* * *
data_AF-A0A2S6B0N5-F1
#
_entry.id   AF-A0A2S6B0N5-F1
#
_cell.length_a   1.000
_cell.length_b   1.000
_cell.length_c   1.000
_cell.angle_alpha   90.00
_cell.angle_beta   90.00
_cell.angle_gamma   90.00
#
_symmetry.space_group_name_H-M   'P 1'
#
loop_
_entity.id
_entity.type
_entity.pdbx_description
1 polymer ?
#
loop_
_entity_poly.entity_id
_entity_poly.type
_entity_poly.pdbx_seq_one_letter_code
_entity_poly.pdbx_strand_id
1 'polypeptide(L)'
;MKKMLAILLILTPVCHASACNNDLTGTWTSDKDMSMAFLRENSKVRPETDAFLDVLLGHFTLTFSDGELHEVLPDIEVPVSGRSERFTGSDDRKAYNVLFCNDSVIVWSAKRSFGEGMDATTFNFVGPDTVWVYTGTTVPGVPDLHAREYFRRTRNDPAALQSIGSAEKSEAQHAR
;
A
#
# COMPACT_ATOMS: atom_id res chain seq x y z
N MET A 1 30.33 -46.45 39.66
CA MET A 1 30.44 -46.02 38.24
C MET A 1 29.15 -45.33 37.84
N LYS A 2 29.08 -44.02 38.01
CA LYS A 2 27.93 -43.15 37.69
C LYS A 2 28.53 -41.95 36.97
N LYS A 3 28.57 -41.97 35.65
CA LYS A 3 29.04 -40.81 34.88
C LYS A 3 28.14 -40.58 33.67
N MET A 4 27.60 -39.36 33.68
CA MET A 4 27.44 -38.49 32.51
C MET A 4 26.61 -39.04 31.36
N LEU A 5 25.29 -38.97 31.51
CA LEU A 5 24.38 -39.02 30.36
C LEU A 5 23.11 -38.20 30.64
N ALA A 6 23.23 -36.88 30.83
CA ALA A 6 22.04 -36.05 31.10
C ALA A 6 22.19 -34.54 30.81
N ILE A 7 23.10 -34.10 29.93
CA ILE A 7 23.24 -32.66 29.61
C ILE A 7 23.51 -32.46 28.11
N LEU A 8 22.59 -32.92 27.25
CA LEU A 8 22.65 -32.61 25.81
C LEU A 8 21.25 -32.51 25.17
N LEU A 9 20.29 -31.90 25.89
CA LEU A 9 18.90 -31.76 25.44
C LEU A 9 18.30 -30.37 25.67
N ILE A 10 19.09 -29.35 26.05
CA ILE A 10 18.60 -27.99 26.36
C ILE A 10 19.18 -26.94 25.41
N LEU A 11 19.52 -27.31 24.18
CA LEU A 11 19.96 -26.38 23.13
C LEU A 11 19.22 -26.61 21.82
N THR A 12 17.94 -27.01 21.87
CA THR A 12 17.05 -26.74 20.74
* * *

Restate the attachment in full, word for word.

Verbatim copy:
data_AF-A0A2S6B0N5-F1
#
_entry.id   AF-A0A2S6B0N5-F1
#
_cell.length_a   1.000
_cell.length_b   1.000
_cell.length_c   1.000
_cell.angle_alpha   90.00
_cell.angle_beta   90.00
_cell.angle_gamma   90.00
#
_symmetry.space_group_name_H-M   'P 1'
#
loop_
_entity.id
_entity.type
_entity.pdbx_description
1 polymer ?
#
loop_
_entity_poly.entity_id
_entity_poly.type
_entity_poly.pdbx_seq_one_letter_code
_entity_poly.pdbx_strand_id
1 'polypeptide(L)'
;MKKMLAILLILTPVCHASACNNDLTGTWTSDKDMSMAFLRENSKVRPETDAFLDVLLGHFTLTFSDGELHEVLPDIEVPVSGRSERFTGSDDRKAYNVLFCNDSVIVWSAKRSFGEGMDATTFNFVGPDTVWVYTGTTVPGVPDLHAREYFRRTRNDPAALQSIGSAEKSEAQHAR
;
A
#
# COMPACT_ATOMS: atom_id res chain seq x y z
N MET A 1 30.33 -46.45 39.66
CA MET A 1 30.44 -46.02 38.24
C MET A 1 29.15 -45.33 37.84
N LYS A 2 29.08 -44.02 38.01
CA LYS A 2 27.93 -43.15 37.69
C LYS A 2 28.53 -41.95 36.97
N LYS A 3 28.57 -41.97 35.65
CA LYS A 3 29.04 -40.81 34.88
C LYS A 3 28.14 -40.58 33.67
N MET A 4 27.60 -39.36 33.68
CA MET A 4 27.44 -38.49 32.51
C MET A 4 26.61 -39.04 31.36
N LEU A 5 25.29 -38.97 31.51
CA LEU A 5 24.38 -39.02 30.36
C LEU A 5 23.11 -38.20 30.64
N ALA A 6 23.23 -36.88 30.83
CA ALA A 6 22.04 -36.05 31.10
C ALA A 6 22.19 -34.54 30.81
N ILE A 7 23.10 -34.10 29.93
CA ILE A 7 23.24 -32.66 29.61
C ILE A 7 23.51 -32.46 28.11
N LEU A 8 22.59 -32.92 27.25
CA LEU A 8 22.65 -32.61 25.81
C LEU A 8 21.25 -32.51 25.17
N LEU A 9 20.29 -31.90 25.89
CA LEU A 9 18.90 -31.76 25.44
C LEU A 9 18.30 -30.37 25.67
N ILE A 10 19.09 -29.35 26.05
CA ILE A 10 18.60 -27.99 26.36
C ILE A 10 19.18 -26.94 25.41
N LEU A 11 19.52 -27.31 24.18
CA LEU A 11 19.96 -26.38 23.13
C LEU A 11 19.22 -26.61 21.82
N THR A 12 17.94 -27.01 21.87
CA THR A 12 17.05 -26.74 20.74